A European guidance document aimed at identifying endocrine disrupting pesticides can—with some modifications—be used to assess other chemicals’ endocrine disrupting effects. This is the finding of a new study conducted by the National Food Institute, Technical University of Denmark, and Copenhagen University Hospital.
According to EU regulation, all pesticides must be thoroughly assessed for potential endocrine disrupting effects before they can be approved for use. However, the same rules do not necessarily apply to chemicals that are used for other purposes.
Researchers at the National Food Institute are pointing out that the approval process for chemicals, which are used e.g. as additives in cosmetics or food, can thus overlook chemicals that are harmful to the human endocrine system.
In a new study, the researchers along with colleagues at Copenhagen University Hospital have evaluated whether an existing European guidance document could be used to identify potential endocrine disrupting effects of chemicals that are used for purposes other than plant protection.
The European Food Safety Authority, EFSA, and the European Chemicals Agency, ECHA, developed the guidance document for the purpose of identifying endocrine disrupting pesticides.
“A person who is exposed to a chemical from food or the environment won’t care what the chemical is used for if it is harmful to human health,” Head of Research Group Terje Svingen at the National Food Institute says.
Butylparaben—a case study
The focus of the study was butylparaben, which can be used to e.g. extend the shelf life of cosmetic creams. The available data for butylparaben is very different from the available data for biocides and pesticides, as the authorities require far fewer studies of additives.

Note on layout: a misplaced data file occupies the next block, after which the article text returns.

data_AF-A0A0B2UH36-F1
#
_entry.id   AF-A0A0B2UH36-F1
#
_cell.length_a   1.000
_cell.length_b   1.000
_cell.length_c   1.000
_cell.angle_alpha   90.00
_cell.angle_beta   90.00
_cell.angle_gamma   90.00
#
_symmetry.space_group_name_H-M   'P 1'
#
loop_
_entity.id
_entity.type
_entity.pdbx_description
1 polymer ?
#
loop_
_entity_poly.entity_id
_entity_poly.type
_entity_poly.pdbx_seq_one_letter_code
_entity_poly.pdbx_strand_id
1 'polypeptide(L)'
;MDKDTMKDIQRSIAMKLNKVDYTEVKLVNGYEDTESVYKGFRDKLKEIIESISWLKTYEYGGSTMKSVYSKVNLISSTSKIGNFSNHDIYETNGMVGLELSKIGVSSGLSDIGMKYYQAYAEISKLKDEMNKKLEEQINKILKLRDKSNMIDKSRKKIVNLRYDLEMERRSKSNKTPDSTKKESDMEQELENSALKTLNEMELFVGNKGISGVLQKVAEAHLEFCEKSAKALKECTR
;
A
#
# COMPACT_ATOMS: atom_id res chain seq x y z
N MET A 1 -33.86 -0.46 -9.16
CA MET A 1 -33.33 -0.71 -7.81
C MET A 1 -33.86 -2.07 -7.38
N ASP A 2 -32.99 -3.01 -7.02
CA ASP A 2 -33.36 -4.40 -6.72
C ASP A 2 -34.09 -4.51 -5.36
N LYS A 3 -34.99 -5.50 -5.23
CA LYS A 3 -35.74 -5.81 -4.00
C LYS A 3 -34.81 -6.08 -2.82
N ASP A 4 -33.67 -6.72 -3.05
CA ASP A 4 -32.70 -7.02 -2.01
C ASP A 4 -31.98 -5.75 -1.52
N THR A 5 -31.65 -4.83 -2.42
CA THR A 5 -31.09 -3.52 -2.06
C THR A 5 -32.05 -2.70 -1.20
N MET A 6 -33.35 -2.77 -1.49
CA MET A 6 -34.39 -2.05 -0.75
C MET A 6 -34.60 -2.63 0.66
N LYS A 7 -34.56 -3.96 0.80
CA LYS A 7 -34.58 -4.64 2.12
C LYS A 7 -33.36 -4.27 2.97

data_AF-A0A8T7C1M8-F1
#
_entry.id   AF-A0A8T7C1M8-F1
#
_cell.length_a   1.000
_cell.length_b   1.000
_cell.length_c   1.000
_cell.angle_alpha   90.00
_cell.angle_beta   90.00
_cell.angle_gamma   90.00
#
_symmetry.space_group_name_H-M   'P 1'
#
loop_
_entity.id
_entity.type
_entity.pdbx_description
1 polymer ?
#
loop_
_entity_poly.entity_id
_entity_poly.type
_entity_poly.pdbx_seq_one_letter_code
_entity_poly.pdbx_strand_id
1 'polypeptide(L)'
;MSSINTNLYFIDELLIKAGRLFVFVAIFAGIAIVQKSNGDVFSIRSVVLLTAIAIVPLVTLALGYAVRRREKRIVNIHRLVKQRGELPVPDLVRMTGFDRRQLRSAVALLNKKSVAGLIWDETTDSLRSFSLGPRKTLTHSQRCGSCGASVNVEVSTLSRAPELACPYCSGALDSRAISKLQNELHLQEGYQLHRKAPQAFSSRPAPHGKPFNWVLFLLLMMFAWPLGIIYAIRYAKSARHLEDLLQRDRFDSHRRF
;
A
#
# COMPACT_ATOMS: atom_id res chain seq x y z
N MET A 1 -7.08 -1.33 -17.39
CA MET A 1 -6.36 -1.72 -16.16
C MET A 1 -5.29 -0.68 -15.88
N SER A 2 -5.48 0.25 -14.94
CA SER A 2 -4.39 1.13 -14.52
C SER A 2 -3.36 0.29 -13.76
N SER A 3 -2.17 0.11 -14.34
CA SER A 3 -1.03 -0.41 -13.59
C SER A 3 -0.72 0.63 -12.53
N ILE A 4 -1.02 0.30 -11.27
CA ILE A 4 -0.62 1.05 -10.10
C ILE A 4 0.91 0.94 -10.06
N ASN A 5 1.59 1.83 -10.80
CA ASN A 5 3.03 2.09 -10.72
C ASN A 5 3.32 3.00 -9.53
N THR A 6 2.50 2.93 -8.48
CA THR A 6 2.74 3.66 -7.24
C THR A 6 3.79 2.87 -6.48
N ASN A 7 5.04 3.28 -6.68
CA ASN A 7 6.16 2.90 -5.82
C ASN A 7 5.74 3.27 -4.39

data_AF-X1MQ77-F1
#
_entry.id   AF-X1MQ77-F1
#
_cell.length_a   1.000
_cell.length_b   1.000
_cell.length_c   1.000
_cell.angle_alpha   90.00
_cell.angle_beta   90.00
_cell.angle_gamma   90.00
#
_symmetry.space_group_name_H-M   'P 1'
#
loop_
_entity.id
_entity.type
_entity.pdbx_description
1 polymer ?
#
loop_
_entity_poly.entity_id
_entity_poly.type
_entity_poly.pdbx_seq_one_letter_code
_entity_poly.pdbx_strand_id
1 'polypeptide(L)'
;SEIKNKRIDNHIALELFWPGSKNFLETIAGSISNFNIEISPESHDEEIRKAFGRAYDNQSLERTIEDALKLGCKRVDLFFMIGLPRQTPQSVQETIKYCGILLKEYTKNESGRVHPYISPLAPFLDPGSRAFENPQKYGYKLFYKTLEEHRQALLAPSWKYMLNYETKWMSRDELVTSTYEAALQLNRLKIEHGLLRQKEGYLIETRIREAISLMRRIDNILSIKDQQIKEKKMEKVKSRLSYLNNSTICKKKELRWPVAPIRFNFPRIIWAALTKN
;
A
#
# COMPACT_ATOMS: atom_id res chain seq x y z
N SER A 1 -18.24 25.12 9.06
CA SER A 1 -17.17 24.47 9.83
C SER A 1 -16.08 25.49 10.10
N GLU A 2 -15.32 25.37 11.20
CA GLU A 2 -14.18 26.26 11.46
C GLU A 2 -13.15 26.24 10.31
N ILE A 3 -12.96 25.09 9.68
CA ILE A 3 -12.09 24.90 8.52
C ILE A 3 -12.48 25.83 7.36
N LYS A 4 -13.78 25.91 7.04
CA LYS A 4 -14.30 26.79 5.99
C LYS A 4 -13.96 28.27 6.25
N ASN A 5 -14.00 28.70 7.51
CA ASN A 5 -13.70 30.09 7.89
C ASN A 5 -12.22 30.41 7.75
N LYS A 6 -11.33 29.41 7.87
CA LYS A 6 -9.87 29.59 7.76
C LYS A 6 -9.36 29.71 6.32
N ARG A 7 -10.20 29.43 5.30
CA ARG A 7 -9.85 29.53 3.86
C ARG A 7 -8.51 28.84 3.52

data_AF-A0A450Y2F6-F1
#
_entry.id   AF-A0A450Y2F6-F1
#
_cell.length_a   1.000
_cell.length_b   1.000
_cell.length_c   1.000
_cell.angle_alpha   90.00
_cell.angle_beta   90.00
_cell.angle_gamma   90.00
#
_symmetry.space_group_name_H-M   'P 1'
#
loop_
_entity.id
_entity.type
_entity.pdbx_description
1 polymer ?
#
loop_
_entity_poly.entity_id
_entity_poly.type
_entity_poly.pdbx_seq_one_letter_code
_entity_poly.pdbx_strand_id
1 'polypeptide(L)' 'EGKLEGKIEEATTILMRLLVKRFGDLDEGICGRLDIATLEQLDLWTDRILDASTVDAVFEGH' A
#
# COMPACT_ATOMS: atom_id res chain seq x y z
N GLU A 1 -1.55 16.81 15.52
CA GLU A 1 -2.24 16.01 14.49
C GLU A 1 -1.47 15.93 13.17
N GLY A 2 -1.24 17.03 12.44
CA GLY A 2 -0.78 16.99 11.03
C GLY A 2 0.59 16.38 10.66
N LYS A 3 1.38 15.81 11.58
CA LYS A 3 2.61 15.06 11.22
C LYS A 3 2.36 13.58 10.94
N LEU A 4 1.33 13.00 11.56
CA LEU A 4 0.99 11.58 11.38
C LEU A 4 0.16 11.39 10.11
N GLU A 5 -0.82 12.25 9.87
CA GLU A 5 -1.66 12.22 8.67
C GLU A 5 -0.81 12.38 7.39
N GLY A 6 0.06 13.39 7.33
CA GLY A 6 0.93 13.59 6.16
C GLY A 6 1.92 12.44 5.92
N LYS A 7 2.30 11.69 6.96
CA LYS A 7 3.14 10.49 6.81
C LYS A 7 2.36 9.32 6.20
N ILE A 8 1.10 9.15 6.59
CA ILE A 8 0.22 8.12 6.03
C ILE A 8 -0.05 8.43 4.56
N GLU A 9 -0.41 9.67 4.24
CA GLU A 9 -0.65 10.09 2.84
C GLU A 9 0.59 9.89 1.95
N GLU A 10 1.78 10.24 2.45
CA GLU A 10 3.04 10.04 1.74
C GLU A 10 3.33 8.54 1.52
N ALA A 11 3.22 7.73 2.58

Nonetheless, by using the EU guidance document the researchers were able to conclude that butylparaben has endocrine disrupting effects on humans—in part because university researchers globally have conducted many smaller studies of butylparaben’s endocrine disrupting properties.
Guidance document can be applied to a broader spectrum of chemicals
According to the researchers from the National Food Institute and Copenhaven University Hospital, the butylparaben study provides sufficient evidence to propose that the existing guidelines—with some modifications—can be used to identify the endocrine disrupting effects of a much broader spectrum of chemicals than just pesticides. The modifications are intended to facilitate the use of data other than those generated for pesticides.
“Such use of the guidance document could be a first step towards a more harmonized assessment of the endocrine disrupting effects of chemicals, which is independent of the chemical’s intended use. In theory, the guidance could be applied to all chemical substances to which humans are exposed,” Senior Researcher Julie Boberg at the National Food Institute says.
Technical University of Denmark